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    • Rick

      Members Only Fluid Forum View   08/08/2017

      Fluid forum view allows members only to get right to the meat of this community; the topics. You can toggle between your preferred forum view just below to the left on the main forum entrance. You will see three icons. Try them out and see what you prefer.   Fluid view allows you, if you are a signed up member, to see the newest topic posts in either all forums (select none or all) or in just your favorite forums (select the ones you want to see when you come to Fishing Minnesota). It keeps and in real time with respect to Topic posts and lets YOU SELECT YOUR FAVORITE FORUMS. It can make things fun and easy. This is especially true for less experienced visitors raised on social media. If you, as a members want more specific topics, you can even select a single forum to view. Let us take a look at fluid view in action. We will then break it down and explain how it works in more detail.   The video shows the topic list and the forum filter box. As you can see, it is easy to change the topic list by changing the selected forums. This view replaces the traditional list of categories and forums.   Of course, members only can change the view to better suit your way of browsing.   You will notice a “grid” option. We have moved the grid forum theme setting into the main forum settings. This makes it an option for members only to choose. This screenshot also shows the removal of the forum breadcrumb in fluid view mode. Fluid view remembers your last forum selection so you don’t lose your place when you go back to the listing. The benefit of this feature is easy to see. It removes a potential barrier of entry for members only. It puts the spotlight on topics themselves, and not the hierarchical forum structure. You as a member will enjoy viewing many forums at once and switching between them without leaving the page. We hope that fluid view, the new functionality is an asset that you enjoy .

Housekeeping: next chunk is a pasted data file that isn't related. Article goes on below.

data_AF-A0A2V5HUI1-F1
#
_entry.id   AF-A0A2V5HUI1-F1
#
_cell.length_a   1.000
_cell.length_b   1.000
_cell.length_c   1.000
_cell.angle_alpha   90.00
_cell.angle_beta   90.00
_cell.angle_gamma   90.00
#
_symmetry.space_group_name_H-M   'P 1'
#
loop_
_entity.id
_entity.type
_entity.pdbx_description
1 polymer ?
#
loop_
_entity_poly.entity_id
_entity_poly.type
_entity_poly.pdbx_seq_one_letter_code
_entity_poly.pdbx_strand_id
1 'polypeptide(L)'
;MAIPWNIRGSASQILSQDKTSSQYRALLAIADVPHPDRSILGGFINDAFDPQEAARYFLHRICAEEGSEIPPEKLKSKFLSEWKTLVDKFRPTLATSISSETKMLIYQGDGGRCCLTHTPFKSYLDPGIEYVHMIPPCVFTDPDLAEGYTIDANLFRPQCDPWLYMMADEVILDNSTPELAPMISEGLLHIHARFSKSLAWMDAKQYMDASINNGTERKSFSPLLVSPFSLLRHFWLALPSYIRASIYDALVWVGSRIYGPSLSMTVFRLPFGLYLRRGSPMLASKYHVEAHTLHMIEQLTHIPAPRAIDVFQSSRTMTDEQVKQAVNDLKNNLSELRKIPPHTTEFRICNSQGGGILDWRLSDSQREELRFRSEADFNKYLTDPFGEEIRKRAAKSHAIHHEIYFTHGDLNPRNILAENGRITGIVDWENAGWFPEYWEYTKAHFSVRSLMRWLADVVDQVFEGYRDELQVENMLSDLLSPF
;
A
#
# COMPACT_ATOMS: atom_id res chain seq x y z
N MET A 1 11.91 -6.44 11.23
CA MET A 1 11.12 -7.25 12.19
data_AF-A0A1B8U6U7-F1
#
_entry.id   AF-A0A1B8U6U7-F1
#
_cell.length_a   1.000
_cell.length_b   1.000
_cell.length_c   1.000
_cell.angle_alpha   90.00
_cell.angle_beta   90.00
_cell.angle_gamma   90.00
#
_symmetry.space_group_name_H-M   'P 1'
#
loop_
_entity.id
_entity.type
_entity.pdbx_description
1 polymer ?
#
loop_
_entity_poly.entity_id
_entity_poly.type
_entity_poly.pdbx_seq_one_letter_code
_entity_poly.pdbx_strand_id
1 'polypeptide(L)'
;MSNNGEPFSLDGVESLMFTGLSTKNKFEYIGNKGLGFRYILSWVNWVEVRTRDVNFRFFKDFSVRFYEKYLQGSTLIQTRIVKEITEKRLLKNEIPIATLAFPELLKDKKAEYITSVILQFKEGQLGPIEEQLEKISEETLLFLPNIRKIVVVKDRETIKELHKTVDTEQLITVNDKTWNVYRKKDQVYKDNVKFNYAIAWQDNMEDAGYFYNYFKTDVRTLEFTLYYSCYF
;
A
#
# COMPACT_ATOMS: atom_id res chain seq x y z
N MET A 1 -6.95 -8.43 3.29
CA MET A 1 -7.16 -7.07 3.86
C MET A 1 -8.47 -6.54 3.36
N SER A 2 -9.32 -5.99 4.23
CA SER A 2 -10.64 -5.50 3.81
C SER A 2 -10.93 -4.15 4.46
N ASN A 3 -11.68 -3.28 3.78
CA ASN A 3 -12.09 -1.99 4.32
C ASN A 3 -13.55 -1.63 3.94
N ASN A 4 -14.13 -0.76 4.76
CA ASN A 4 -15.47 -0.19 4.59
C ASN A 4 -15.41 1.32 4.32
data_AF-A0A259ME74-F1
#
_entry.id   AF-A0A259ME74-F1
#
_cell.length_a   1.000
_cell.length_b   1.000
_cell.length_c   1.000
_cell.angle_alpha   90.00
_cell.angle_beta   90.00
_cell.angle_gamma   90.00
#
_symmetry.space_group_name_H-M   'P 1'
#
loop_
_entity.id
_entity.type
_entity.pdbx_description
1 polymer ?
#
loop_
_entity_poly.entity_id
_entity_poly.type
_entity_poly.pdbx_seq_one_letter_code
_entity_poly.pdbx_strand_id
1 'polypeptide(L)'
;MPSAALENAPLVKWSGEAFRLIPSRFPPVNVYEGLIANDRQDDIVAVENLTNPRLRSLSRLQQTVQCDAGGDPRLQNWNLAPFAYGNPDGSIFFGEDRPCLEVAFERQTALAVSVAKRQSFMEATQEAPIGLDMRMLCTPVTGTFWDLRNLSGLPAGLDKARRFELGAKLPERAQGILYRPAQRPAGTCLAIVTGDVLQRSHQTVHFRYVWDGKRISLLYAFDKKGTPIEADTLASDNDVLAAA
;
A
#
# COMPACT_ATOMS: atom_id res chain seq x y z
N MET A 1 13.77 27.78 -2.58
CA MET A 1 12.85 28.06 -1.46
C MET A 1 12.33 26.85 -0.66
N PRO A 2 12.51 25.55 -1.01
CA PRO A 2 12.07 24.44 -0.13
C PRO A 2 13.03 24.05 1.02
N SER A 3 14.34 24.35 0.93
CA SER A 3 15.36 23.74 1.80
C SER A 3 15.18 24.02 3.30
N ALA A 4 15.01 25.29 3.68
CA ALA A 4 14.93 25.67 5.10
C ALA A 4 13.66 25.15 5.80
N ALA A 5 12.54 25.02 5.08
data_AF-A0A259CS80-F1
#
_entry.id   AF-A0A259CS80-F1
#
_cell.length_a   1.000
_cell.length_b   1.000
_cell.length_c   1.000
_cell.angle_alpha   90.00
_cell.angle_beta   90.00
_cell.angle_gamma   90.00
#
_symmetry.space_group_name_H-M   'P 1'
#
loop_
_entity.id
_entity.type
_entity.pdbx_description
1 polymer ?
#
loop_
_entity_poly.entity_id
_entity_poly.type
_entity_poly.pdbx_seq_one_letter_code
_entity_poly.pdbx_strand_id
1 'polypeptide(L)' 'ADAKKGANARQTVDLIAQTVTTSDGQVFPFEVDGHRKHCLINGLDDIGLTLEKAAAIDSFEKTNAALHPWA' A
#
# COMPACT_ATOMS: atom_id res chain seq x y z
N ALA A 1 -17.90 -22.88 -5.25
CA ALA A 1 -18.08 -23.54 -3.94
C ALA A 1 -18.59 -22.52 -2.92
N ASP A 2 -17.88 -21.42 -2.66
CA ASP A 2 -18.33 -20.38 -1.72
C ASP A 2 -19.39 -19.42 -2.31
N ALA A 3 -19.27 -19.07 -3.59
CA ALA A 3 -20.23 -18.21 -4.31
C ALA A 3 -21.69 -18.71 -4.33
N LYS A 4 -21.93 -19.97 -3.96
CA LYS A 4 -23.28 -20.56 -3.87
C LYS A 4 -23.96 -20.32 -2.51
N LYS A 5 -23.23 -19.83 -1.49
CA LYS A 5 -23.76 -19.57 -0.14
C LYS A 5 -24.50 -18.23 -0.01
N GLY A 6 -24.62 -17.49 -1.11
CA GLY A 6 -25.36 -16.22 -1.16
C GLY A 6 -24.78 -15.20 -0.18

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Anylakeanytime

Prayers appreciated

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Anylakeanytime

This young woman provided day care for our daughter for about a year. Very very nice young lady. I am sure any thoughts and prayers for her and her family would be greatly appreciated.

A 25-year-old Fargo woman died Wednesday of bacterial meningitis, and authorities Thursday were notifying people who had contact with her to take antibiotics as a precaution, including the youths who attend the child-care center where she worked.

The woman – identified as Erin Mae Bye by Gilbertson Funeral Home of Devils Lake, N.D. – went to the emergency room at Fargo’s Innovis Health on Wednesday complaining of a rash, vomiting and a high fever, Fargo Cass Public Health officials said.

Treatment with antibiotics was attempted, but she died a short while later of an overwhelming illness, said Roberto Patron, a specialist in infectious disease at Innovis.

Patron said the situation is cause for concern but not panic, stating it is rare for people who carry the bacteria to become ill and even rarer for people to die from the disease.

Health officials have notified Here We Grow Child Care Center in Fargo of Bye’s death and are advising employees and parents to contact their doctors to obtain antibiotics.

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Nancy Bangsund, director of the center, said letters are going out to the approximately 150 families served by the center and parents were being notified in person when they show up at the center.

Bangsund said she believed all of the families will have been notified by this morning.

Health officials said Bye went camping with a group of about half a dozen people during last weekend’s WE Fest in Detroit Lakes, Minn.

Those who came into close contact with Bye are being warned to take antibiotics as a precaution, said Dr. John Baird, health officer with Fargo Cass County Public Health.

Officials said the bacteria are typically spread through contact with nose or throat secretions, such as sharing a drinking glass or kissing a person who carries the contagion.

North Dakota State Epidemiologist Kirby Kruger said cases of meningococcal meningitis are rare in the state, with his office seeing between one and eight cases a year.

Officials said they don’t know how or when Bye contracted the disease.

She started showing symptoms a few days before her death, Baird said.

In many cases, symptoms begin to show up one to 10 days after exposure, officials said. In addition to the symptoms Bye displayed when she went to the emergency room, signs of meningitis can include a sore neck, leading to confusion, and in extreme cases seizures.

Baird said anyone concerned about whether they have been exposed to the disease should contact their physician.

There will be a memorial service for Bye at 2 p.m. Saturday at the home of her parents – Bob and Joyce Bye –in rural Devils Lake.

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LABS4ME

Prayers will be offered up for Erin Mae and her Family. May God bless her soul.

Good Luck!

Ken

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Valv

Our prayers are for you Erin Mae. God bless your soul.

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Dave

Prayers sent.

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Dan Thiem

Such sadness happens and we can't understand it. Erins life ended way to soon. My thoughts and prayers are for her and her family. God bless her soul, and may her family find peace.

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